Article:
Andre Harrell, the man responsible for signing a young Sean ” Diddy” Combs to his first record deal and later went on to head Motown Records, has died. He was 59 years old and his cause of death is currently unknown.
A native of New York, Harrell started his career in music as an artist, one-half of the rap duo Dr. Jeckyll and Mr. Hyde. In 1983 Harrell teamed with Russell Simmons, the founder of Def Jam Records, and had one of his early experiences in the business working as a vice president and later GM of the label. He left to start his own record company, Uptown Records, where he signed Sean “Puffy” Combs. He later brought Mary J. Blige onto the roster and saw success with both artists in the late 1980s and into the 1990s.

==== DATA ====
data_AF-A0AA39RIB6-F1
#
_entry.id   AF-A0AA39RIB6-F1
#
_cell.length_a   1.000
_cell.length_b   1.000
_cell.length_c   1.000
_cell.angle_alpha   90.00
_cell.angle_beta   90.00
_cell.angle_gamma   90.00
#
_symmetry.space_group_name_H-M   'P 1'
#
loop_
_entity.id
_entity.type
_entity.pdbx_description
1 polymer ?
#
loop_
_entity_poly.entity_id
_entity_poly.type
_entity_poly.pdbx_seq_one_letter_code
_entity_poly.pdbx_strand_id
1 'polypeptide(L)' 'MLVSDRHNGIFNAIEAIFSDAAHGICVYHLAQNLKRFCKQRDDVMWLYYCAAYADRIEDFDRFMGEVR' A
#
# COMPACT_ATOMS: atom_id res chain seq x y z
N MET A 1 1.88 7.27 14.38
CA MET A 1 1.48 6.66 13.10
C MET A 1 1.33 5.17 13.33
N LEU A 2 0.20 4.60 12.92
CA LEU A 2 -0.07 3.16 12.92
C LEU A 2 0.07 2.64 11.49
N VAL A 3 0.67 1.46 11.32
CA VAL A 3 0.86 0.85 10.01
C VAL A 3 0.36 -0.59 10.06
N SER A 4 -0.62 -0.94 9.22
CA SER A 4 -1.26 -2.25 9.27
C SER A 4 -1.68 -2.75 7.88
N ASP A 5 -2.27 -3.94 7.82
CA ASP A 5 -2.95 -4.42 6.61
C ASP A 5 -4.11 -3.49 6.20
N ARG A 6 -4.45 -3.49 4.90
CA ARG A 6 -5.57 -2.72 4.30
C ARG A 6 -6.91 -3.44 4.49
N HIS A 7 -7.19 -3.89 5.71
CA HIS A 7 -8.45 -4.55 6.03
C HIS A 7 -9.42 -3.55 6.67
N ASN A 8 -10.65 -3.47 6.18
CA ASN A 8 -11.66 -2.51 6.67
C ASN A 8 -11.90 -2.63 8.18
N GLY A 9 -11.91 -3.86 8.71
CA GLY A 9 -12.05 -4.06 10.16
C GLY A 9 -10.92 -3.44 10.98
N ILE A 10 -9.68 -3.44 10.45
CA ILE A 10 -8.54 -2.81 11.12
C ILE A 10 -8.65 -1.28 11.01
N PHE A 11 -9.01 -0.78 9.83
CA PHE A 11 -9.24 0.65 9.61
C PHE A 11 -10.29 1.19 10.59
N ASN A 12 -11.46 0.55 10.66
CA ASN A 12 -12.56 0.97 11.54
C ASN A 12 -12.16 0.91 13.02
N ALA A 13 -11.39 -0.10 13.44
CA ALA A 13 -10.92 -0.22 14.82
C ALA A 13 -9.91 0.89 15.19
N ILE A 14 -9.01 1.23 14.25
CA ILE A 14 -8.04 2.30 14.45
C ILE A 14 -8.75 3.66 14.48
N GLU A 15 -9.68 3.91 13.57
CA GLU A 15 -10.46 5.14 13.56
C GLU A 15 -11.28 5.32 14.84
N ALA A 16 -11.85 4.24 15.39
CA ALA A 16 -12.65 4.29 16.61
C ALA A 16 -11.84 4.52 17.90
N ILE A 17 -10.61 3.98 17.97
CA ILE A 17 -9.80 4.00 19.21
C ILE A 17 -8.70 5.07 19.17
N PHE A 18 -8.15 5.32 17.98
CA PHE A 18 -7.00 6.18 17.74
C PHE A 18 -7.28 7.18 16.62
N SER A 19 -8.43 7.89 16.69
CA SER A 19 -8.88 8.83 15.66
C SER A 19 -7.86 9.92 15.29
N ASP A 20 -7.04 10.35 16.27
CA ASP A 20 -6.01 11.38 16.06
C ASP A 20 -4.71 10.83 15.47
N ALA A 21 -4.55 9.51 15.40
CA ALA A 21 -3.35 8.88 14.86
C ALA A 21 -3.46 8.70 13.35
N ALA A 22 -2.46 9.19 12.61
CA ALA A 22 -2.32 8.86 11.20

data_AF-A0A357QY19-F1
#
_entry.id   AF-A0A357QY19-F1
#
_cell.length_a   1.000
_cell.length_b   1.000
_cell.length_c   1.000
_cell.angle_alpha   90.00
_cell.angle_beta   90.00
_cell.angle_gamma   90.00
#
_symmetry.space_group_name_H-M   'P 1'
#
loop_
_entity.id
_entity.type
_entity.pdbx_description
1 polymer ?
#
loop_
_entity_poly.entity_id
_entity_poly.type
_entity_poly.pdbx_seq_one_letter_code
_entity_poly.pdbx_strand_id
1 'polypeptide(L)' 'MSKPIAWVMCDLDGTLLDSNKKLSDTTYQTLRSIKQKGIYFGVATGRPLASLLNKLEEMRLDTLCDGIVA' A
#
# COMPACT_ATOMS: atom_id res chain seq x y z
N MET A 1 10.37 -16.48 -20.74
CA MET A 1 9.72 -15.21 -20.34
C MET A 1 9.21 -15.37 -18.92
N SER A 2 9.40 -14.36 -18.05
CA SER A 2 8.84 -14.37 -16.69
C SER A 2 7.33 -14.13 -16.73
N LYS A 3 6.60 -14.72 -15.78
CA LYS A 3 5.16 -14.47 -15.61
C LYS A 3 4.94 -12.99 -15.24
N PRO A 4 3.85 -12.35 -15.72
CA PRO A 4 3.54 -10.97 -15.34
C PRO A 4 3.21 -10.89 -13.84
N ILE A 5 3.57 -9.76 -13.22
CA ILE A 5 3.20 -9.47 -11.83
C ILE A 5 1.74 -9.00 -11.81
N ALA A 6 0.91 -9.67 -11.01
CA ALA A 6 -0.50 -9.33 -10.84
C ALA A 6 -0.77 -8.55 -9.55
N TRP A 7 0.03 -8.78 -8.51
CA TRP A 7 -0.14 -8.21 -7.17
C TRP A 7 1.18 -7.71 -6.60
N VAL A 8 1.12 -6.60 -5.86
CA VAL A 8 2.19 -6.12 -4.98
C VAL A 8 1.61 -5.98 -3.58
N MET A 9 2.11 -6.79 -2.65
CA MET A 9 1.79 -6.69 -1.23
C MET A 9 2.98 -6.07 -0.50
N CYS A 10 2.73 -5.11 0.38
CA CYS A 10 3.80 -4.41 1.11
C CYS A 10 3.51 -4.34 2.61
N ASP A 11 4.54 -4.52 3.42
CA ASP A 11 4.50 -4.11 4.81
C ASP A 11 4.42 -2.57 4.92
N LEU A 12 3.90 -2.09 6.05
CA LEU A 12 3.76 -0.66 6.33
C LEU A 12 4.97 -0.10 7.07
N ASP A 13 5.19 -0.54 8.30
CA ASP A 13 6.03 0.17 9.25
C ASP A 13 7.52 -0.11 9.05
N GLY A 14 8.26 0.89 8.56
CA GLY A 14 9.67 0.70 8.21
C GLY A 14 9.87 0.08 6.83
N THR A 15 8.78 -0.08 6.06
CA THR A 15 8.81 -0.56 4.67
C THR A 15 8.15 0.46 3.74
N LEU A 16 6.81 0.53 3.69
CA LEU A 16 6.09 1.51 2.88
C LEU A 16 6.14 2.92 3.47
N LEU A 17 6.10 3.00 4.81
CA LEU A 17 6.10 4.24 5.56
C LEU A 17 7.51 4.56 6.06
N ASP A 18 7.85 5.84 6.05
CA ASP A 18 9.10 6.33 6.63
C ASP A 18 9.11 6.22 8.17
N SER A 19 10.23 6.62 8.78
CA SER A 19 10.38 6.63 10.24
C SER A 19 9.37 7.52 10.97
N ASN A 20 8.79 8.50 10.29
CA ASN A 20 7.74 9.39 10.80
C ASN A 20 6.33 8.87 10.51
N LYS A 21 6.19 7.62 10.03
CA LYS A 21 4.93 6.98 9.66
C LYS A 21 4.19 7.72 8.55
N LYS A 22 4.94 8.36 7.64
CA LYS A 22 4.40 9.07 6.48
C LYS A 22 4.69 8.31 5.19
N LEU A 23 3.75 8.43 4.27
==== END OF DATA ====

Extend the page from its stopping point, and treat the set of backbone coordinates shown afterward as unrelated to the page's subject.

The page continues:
Combs took an A&R position at Uptown which led to him discovering the demo tape for a rapper named Christopher Wallace, aka Notorious B.I.G. As the story goes, Diddy was fired from Uptown in 1993 after which he launched Bad Boy Records and promptly signed Wallace to a deal.
Harrell would later find a home for Uptown at MCA productions where he developed multiple projects in film and television in the 1990s including the movie and soundtrack “Strictly Business.” In 1995, he went on to run Motown Records as CEO. Through that era, the label was home such acts as Boyz II Men, Jodeci and Al B. Sure.
Harrell and Combs remained longtime friends and business associates and Harrell served as vice chairman of Revolt, Combs’ multi-platform music network, and a producer on its panel show “State of the Culture.”